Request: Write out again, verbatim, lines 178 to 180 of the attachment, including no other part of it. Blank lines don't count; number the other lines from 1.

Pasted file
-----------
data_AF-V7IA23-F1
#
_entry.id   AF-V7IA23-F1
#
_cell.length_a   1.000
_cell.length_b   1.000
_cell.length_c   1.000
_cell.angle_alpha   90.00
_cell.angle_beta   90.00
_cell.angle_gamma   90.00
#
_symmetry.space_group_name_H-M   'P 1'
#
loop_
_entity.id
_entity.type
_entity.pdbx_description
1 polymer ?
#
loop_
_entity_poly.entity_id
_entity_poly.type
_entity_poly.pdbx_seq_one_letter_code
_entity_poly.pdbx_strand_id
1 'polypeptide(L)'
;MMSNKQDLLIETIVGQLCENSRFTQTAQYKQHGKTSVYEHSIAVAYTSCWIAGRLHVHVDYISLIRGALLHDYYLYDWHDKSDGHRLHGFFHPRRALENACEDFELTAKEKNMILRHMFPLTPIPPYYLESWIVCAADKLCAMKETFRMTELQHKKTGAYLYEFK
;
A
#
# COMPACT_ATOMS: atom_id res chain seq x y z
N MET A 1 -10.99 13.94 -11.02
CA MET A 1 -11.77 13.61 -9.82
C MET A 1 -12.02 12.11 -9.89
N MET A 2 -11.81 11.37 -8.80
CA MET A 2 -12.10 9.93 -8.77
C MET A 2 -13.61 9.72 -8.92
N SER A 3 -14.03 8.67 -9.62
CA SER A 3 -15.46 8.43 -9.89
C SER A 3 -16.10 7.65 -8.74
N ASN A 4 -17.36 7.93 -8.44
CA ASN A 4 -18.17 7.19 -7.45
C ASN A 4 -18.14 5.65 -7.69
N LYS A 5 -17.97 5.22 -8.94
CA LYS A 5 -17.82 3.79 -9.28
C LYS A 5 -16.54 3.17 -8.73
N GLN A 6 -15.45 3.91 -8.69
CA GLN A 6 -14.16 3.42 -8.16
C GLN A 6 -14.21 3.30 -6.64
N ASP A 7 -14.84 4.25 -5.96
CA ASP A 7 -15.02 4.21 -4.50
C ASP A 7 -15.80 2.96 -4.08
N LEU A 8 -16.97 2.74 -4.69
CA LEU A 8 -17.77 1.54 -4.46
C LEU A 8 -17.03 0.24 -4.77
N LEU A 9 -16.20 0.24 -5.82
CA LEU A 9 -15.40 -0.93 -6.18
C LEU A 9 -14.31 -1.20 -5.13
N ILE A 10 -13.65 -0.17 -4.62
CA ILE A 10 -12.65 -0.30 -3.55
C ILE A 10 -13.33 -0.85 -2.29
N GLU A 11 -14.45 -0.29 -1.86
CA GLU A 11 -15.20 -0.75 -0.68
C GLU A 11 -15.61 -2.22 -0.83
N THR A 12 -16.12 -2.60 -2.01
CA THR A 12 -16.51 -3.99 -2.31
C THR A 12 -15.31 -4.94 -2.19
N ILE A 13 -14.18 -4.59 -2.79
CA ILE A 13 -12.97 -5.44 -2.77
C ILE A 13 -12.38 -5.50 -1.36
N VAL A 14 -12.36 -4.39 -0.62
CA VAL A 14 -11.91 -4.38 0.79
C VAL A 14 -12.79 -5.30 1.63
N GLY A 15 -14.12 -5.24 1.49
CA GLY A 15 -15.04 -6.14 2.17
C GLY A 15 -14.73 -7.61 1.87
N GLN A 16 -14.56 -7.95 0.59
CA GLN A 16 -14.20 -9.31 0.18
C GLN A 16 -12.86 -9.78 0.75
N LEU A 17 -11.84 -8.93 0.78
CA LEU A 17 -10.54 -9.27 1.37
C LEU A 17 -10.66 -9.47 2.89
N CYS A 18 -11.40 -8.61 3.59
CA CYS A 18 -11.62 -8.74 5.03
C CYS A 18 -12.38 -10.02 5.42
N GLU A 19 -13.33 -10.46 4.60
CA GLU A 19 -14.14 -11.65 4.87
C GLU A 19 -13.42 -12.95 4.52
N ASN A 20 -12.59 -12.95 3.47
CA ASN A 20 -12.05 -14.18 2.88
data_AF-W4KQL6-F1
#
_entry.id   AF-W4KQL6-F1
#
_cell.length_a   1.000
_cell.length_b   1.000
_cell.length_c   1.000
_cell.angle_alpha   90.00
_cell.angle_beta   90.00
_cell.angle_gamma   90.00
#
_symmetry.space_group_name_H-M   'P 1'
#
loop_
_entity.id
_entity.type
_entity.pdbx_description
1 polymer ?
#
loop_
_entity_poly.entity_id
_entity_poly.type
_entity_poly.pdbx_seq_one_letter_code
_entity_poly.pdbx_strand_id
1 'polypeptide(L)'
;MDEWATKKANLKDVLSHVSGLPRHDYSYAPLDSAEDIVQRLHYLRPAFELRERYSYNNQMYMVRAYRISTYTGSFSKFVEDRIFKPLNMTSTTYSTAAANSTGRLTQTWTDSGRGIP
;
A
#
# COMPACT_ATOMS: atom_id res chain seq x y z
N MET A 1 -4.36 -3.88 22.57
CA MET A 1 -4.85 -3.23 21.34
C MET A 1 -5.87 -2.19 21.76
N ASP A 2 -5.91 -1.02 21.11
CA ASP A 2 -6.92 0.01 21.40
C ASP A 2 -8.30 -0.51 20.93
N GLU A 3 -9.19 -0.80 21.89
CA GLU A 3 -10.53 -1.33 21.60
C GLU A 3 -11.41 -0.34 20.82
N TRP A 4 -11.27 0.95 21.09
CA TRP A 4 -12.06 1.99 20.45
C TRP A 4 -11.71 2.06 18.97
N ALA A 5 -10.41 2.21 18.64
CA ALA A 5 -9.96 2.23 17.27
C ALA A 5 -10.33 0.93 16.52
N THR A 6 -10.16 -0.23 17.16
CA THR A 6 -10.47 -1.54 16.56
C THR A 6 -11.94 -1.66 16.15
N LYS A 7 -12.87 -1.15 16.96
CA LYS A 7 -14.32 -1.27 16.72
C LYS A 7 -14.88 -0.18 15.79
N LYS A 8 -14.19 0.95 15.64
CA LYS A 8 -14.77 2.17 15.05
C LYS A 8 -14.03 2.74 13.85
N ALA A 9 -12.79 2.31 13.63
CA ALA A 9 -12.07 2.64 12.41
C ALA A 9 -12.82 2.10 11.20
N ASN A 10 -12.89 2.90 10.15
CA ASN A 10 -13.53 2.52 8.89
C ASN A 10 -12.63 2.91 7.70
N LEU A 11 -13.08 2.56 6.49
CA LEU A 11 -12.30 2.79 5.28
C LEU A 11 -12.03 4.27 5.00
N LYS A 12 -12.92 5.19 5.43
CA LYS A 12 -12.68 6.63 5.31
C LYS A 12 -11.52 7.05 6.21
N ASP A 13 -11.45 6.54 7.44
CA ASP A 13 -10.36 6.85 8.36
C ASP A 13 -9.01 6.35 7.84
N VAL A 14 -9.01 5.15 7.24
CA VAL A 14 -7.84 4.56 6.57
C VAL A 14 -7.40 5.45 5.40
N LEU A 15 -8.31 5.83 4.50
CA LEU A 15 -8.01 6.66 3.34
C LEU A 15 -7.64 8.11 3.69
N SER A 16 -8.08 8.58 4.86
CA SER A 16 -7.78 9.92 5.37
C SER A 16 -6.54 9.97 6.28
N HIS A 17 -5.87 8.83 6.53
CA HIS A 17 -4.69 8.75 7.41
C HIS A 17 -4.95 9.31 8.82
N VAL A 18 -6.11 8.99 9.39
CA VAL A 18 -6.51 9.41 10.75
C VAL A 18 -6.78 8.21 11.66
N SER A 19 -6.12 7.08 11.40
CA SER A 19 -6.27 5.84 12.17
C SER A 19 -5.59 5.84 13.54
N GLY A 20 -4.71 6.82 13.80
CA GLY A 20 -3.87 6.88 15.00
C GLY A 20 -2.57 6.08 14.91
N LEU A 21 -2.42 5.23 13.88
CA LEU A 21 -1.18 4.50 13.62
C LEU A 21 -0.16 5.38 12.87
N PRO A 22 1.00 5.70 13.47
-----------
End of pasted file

CA GLY A 20 -3.87 6.88 15.00
C GLY A 20 -2.57 6.08 14.91
N LEU A 21 -2.42 5.23 13.88